What will happen at the assessment and afterwards?
You will be asked questions about how you are feeling and what is happening now. The person you see could be a doctor, nurse, social worker, occupational therapist or psychologist. It will be someone who is an expert.
You might also be asked about other things such as where you are living, the people in your life and what it was like for you growing up. This is so you and the person doing the assessment can begin to think about what might have caused you to be unwell. This will help us make sure you have all the support you need. The assessment usually takes around an hour, you can have someone with you and we can arrange an interpreter if you need us to do so.
Almost everyone who comes for an assessment goes home to recover under the care of their GP, or in some cases with some support from our teams in the community. A small number of people may need to come into hospital but even among those who have an emergency assessment, only around one in ten needs to stay in hospital.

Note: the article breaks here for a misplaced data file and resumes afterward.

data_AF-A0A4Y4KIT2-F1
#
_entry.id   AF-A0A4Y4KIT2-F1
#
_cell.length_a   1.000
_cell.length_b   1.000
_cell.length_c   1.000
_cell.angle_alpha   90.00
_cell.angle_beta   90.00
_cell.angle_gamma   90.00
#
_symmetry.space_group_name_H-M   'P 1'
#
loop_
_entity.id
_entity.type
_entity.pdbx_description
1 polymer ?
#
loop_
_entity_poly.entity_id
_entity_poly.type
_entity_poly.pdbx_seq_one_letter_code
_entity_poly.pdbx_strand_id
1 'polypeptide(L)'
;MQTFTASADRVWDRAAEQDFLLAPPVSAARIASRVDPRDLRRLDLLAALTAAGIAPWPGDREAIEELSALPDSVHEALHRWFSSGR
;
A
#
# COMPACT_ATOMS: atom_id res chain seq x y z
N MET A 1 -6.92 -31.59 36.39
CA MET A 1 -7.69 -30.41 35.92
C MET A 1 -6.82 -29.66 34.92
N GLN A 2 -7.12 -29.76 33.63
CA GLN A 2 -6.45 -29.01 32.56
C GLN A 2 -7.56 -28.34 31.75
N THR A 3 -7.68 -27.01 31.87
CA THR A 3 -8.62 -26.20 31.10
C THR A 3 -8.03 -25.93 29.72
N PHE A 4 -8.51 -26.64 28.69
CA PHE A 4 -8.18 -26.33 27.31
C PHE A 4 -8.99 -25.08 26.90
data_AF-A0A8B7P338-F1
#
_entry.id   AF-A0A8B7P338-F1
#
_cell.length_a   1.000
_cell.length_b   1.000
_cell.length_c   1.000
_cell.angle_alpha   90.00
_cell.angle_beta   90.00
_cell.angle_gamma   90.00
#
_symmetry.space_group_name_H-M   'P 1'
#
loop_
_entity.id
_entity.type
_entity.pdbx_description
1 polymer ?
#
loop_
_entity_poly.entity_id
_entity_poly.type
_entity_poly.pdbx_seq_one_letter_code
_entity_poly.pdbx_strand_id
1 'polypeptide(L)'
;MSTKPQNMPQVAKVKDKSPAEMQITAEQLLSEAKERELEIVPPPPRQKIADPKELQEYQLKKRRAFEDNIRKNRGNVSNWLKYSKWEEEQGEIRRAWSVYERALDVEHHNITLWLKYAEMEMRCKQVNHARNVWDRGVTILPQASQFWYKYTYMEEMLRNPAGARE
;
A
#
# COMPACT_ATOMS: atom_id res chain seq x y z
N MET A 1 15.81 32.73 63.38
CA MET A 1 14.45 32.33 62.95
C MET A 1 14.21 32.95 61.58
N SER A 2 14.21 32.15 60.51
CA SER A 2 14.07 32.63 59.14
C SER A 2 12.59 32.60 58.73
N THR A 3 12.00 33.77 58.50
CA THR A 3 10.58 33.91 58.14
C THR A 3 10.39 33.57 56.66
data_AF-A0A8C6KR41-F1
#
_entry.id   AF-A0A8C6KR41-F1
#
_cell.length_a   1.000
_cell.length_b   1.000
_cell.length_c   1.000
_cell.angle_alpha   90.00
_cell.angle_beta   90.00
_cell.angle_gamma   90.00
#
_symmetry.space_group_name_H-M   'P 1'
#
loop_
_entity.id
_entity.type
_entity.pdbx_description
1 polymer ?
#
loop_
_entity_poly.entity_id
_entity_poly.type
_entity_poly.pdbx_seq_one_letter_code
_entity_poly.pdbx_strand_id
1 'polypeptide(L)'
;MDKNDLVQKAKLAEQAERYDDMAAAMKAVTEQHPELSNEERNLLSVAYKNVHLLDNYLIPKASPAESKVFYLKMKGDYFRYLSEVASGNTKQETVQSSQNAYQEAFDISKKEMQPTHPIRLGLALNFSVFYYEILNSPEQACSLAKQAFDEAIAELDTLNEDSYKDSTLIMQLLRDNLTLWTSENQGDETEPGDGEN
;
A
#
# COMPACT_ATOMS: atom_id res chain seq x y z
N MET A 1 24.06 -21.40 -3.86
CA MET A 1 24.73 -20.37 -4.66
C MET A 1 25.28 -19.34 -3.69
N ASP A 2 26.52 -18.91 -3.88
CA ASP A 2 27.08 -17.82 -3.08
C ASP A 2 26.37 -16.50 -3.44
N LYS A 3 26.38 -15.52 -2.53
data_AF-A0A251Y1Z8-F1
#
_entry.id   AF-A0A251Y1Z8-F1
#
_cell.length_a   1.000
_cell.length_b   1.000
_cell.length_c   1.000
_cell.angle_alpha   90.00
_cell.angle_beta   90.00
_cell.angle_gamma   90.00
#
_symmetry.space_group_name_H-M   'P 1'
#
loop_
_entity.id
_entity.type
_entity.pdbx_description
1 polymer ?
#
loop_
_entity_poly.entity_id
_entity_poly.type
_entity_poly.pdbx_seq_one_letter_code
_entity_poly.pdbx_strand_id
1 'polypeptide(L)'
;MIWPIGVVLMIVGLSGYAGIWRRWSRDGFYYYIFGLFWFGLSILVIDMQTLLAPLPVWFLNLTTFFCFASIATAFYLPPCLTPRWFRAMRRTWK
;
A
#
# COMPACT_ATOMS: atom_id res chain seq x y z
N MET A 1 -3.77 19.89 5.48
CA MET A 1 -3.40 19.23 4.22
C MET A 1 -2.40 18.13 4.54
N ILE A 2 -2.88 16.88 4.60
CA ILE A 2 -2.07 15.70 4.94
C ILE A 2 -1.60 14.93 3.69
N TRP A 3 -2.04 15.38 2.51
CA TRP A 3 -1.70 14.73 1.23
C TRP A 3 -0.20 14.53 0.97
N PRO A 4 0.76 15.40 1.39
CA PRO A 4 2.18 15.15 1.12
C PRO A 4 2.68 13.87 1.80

We’re all different. Our hopes and goals are different, so making a plan is important as you set out on your road to recovery.
We can help you with this plan. It could be really simple – helping you get back to college or work, sort out money issues or find people who share your interests.